Cat Behavior, Cat Training

How to Stop Play Aggression in Kittens and Cats

How to Stop Play Aggression in Kittens and Cats

Image by Alberto Bigoni via Unsplash under Unsplash License

So you just brought home your sweet new kitten. He looks at you with those big eyes beaming from that tiny face. You gently go in for a soft stroke, then BAM! He's got your hand in a sleeper hold. "Aaaw, he's trying to kill my hand," you might say, but just wait a month or two. It's important to know how to stop play aggression in kittens while they are still quite pliable. What might seem darling now gets enormously painful when their claws get bigger, their bodies heavier, and their muscles stronger.

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Off Limits

Let me begin here by making a statement that may seem obvious to you, but is a mistake that I see people making all of the time. Do not... I repeat... do not let your new kitten play with your hands. Your nimble, fleshy fingers don't look like anything they have seen in their tiny kitty lives, and thus, make for incredibly curious and enticing play things. You may be tempted to wiggle your hands at your cat. After all, it's funny to watch them do their little butt dance, then pounce on you. The problem with this is that they never learn that it's a bad thing. The result is that you end up with a full-grown cat that likes to hunt... well... you. This also applies to feet, so don't go wiggling your toes, either!

The How and What of Appropriate Play

The next obvious statement I'm going to make is to use toys. "Well, of course," you may be saying, but when it comes to learning how to stop play aggression in kittens, it is also important to learn about balance. For instance, in the likely event your kitten attempts to play with something you're using – say, snatching at your pen while you're doing your bills – your first reaction might be to hand him a toy. While it's true that you want to get him interested in something else, you first need to grab his attention, then let him know that he isn't being rewarded for his bad behavior. The correct chain of actions is to pointedly say "No!" Wait for him to get completely out of attack mode, then initiate play.

How you play and what you play with will typically depend on the types of behaviors your kitten engages in. Kitties that prefer to chew will often do well with teething-type toys. If he tries to gnaw on your fingers, simply hand him a plaything that will allow him to both grip and bite, thus releasing your fingers.

Wrestling matches are one of the main ways kittens play with each other. That said, one the best ways to avoid a feline smack-down with your feet is to "wrestle" with him via a large, fluffy toy rubbed against his belly. Once he gets the hint that the toy is meant to be played with, he will usually grab hold and begin his play fight away from your delicate digits.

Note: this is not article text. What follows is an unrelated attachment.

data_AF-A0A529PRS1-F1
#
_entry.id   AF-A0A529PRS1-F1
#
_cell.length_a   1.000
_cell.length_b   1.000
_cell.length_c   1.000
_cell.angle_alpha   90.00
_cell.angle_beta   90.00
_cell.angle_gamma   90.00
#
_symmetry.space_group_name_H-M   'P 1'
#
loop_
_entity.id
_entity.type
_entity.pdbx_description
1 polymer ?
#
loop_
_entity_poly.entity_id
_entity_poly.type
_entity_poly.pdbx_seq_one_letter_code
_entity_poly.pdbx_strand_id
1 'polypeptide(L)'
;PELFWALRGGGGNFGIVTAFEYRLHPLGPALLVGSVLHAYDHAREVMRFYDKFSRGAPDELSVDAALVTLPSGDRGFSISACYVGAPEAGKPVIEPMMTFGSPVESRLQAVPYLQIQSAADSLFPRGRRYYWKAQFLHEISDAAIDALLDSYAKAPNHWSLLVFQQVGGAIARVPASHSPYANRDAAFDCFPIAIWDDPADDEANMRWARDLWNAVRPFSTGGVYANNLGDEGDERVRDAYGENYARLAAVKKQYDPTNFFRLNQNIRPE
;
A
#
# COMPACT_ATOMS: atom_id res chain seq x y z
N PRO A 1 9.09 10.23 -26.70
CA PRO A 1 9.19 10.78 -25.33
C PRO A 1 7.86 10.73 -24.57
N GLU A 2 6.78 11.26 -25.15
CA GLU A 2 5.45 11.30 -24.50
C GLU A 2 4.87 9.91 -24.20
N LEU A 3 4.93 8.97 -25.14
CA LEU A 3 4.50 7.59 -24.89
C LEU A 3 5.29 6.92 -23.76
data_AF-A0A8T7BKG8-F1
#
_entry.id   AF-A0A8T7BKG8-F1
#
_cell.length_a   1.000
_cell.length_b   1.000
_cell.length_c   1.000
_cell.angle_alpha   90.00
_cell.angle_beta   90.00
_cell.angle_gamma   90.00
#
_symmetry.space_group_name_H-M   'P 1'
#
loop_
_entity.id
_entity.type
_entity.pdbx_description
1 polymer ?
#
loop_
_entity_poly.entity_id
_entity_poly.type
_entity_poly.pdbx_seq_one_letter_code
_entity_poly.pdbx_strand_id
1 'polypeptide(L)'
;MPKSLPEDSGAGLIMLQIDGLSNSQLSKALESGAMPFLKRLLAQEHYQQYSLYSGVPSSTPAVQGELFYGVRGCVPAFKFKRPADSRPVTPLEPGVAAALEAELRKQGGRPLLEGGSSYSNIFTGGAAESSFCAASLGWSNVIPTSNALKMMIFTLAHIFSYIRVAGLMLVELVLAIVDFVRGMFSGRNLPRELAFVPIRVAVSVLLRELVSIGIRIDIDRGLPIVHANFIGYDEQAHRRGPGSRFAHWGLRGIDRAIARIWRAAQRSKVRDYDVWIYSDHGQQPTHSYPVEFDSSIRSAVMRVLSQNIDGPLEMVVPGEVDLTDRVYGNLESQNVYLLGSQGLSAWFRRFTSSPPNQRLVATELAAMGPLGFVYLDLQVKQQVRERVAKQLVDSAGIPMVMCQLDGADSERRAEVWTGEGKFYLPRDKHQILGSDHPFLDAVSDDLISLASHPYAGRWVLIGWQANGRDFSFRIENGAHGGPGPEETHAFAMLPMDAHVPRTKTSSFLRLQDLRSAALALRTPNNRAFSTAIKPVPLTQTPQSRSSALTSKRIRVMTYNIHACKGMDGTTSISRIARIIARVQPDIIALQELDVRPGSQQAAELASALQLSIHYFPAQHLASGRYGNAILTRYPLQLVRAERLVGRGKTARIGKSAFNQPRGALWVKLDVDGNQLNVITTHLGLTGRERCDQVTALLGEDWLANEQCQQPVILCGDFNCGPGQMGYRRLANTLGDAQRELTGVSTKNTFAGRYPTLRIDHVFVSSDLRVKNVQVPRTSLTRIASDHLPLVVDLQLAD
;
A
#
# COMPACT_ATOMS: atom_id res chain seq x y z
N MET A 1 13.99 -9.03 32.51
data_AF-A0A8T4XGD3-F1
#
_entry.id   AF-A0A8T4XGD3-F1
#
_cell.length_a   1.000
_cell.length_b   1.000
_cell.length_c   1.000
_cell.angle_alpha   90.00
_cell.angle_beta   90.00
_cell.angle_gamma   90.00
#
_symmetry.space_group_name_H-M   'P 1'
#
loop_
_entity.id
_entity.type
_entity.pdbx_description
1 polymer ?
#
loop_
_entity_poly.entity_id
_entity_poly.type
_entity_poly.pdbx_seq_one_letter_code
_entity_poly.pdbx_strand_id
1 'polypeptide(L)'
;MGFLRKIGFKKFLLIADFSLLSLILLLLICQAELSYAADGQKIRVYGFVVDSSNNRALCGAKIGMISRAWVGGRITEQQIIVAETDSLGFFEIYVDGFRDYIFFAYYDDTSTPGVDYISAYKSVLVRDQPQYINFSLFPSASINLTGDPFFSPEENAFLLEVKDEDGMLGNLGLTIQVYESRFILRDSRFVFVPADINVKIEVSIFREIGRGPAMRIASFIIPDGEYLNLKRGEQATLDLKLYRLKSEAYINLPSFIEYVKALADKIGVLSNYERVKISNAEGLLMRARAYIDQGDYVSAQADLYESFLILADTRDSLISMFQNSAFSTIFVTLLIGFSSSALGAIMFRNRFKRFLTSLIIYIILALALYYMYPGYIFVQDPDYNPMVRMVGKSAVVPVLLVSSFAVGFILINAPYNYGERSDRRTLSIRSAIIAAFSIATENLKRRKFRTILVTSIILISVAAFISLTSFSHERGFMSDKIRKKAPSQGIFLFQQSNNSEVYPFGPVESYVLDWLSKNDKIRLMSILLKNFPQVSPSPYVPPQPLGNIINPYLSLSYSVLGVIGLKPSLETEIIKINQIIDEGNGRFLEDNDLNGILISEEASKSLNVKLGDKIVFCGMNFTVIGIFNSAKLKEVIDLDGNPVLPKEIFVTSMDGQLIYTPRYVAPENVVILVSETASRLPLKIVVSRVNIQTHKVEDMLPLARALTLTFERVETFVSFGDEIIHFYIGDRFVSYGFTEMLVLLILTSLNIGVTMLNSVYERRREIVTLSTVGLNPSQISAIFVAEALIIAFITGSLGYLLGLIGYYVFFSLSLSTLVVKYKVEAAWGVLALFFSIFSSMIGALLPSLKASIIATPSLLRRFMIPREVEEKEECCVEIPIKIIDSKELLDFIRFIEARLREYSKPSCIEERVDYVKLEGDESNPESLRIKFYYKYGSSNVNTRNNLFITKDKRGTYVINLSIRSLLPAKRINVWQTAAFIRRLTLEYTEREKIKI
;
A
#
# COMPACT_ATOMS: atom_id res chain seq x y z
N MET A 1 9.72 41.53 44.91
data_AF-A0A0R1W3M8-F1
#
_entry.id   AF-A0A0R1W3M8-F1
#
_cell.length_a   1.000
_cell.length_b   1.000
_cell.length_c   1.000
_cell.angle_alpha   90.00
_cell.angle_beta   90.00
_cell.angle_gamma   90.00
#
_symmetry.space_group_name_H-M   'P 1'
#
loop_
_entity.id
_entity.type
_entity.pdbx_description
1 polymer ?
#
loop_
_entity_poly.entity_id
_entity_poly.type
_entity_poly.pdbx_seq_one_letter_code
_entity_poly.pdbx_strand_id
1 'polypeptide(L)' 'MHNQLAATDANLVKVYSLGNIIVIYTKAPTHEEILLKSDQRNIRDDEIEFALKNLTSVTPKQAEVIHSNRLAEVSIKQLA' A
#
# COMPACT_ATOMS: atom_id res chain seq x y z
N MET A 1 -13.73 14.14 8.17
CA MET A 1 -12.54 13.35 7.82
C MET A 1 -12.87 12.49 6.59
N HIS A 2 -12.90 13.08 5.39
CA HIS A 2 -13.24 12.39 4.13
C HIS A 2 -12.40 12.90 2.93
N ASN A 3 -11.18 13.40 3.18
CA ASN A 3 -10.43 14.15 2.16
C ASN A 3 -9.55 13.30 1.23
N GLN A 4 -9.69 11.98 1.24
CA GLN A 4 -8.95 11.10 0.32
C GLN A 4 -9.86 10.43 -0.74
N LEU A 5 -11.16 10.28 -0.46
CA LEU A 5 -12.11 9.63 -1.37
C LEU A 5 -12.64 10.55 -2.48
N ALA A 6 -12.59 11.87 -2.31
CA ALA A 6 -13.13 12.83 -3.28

Hunting is also a common type of aggressive play, which usually continues well into adulthood. If your kitten likes to pop out from dark corners, then attack your shins, a quick but firm "No!" will usually get his attention. Positive reinforcement really helps in this sort of behavior. If your kitten comes around the corner, but does not go for the ankles, praise him and give a nice scratch as a reward for being a good little fellow! Surprise attacks aren't the only hunting method for cats, however. In order to satisfy this instinctual need, it is a good idea to stock up on a variety of toys like teasers, fake rodent and birds toys, as well as pet-safe laser pointers.

Working With Adult Cats

All of these methods also apply to older cats; however, while kittens typically play aggressively because of inexperience and an overabundance of energy, mature cats may also "act out" due to simple boredom. In this case, a basic pole toy or squeaky mouse may not be enough. If your adult or shelter cat is playing a little too rough, be sure to keep his environment exciting. Window and wall perches, multi-leveled cat trees, tunnels, and soft-sided enclosures are all excellent ways to create a more stimulating setting for your cat. Feeders, puzzles boxes and balls may also alleviate some of the doldrums. These provide both physical and mental stimulation, thus keeping your cat busy, entertained and calm – the result being less bites and scratches for you.


Knowing how to stop play aggression in kittens is one of the surest ways to ensure a calm, harmonious household in the future. If, however, you've taken in a mature kitty who has learned some bad habits, no need to worry. With love, patience, and just a little bit of training, the new member of the house can learn to adapt and fit right in!

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Feature image by Alberto Bigoni via Unsplash under Unsplash License

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